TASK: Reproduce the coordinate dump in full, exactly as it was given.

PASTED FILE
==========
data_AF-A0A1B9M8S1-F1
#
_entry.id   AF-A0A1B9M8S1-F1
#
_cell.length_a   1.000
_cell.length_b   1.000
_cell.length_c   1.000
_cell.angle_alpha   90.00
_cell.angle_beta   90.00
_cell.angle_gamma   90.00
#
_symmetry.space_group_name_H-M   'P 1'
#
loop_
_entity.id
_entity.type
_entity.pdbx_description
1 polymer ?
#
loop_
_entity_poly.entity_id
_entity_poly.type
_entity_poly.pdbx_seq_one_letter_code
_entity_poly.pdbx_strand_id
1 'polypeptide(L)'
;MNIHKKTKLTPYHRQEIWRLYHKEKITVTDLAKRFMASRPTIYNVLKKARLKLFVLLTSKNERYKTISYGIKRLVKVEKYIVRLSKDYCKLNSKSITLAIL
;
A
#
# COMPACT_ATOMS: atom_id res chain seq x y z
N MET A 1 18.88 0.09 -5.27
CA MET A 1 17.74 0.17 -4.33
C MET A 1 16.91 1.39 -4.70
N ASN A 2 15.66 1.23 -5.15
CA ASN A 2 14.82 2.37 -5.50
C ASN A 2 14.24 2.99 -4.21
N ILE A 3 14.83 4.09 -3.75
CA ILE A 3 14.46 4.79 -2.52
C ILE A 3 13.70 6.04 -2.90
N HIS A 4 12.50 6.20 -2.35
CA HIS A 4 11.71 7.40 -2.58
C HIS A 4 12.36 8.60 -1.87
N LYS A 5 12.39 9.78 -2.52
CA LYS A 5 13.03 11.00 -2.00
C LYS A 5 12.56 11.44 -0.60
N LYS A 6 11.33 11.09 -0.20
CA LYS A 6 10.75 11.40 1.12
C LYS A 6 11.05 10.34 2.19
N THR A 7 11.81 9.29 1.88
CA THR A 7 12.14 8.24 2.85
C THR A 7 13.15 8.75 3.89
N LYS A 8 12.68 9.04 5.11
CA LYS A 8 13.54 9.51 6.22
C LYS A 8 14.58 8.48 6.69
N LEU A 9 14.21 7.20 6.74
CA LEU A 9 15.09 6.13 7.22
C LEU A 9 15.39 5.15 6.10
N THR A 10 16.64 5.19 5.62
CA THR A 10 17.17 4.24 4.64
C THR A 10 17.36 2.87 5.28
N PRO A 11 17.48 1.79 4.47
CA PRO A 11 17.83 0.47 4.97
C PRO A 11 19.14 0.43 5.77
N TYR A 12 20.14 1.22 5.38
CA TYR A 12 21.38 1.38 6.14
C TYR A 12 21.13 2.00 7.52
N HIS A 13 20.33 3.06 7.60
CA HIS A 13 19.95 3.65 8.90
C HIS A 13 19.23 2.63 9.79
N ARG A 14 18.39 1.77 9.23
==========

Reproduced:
data_AF-A0A1B9M8S1-F1
#
_entry.id   AF-A0A1B9M8S1-F1
#
_cell.length_a   1.000
_cell.length_b   1.000
_cell.length_c   1.000
_cell.angle_alpha   90.00
_cell.angle_beta   90.00
_cell.angle_gamma   90.00
#
_symmetry.space_group_name_H-M   'P 1'
#
loop_
_entity.id
_entity.type
_entity.pdbx_description
1 polymer ?
#
loop_
_entity_poly.entity_id
_entity_poly.type
_entity_poly.pdbx_seq_one_letter_code
_entity_poly.pdbx_strand_id
1 'polypeptide(L)'
;MNIHKKTKLTPYHRQEIWRLYHKEKITVTDLAKRFMASRPTIYNVLKKARLKLFVLLTSKNERYKTISYGIKRLVKVEKYIVRLSKDYCKLNSKSITLAIL
;
A
#
# COMPACT_ATOMS: atom_id res chain seq x y z
N MET A 1 18.88 0.09 -5.27
CA MET A 1 17.74 0.17 -4.33
C MET A 1 16.91 1.39 -4.70
N ASN A 2 15.66 1.23 -5.15
CA ASN A 2 14.82 2.37 -5.50
C ASN A 2 14.24 2.99 -4.21
N ILE A 3 14.83 4.09 -3.75
CA ILE A 3 14.46 4.79 -2.52
C ILE A 3 13.70 6.04 -2.90
N HIS A 4 12.50 6.20 -2.35
CA HIS A 4 11.71 7.40 -2.58
C HIS A 4 12.36 8.60 -1.87
N LYS A 5 12.39 9.78 -2.52
CA LYS A 5 13.03 11.00 -2.00
C LYS A 5 12.56 11.44 -0.60
N LYS A 6 11.33 11.09 -0.20
CA LYS A 6 10.75 11.40 1.12
C LYS A 6 11.05 10.34 2.19
N THR A 7 11.81 9.29 1.88
CA THR A 7 12.14 8.24 2.85
C THR A 7 13.15 8.75 3.89
N LYS A 8 12.68 9.04 5.11
CA LYS A 8 13.54 9.51 6.22
C LYS A 8 14.58 8.48 6.69
N LEU A 9 14.21 7.20 6.74
CA LEU A 9 15.09 6.13 7.22
C LEU A 9 15.39 5.15 6.10
N THR A 10 16.64 5.19 5.62
CA THR A 10 17.17 4.24 4.64
C THR A 10 17.36 2.87 5.28
N PRO A 11 17.48 1.79 4.47
CA PRO A 11 17.83 0.47 4.97
C PRO A 11 19.14 0.43 5.77
N TYR A 12 20.14 1.22 5.38
CA TYR A 12 21.38 1.38 6.14
C TYR A 12 21.13 2.00 7.52
N HIS A 13 20.33 3.06 7.60
CA HIS A 13 19.95 3.65 8.90
C HIS A 13 19.23 2.63 9.79
N ARG A 14 18.39 1.77 9.23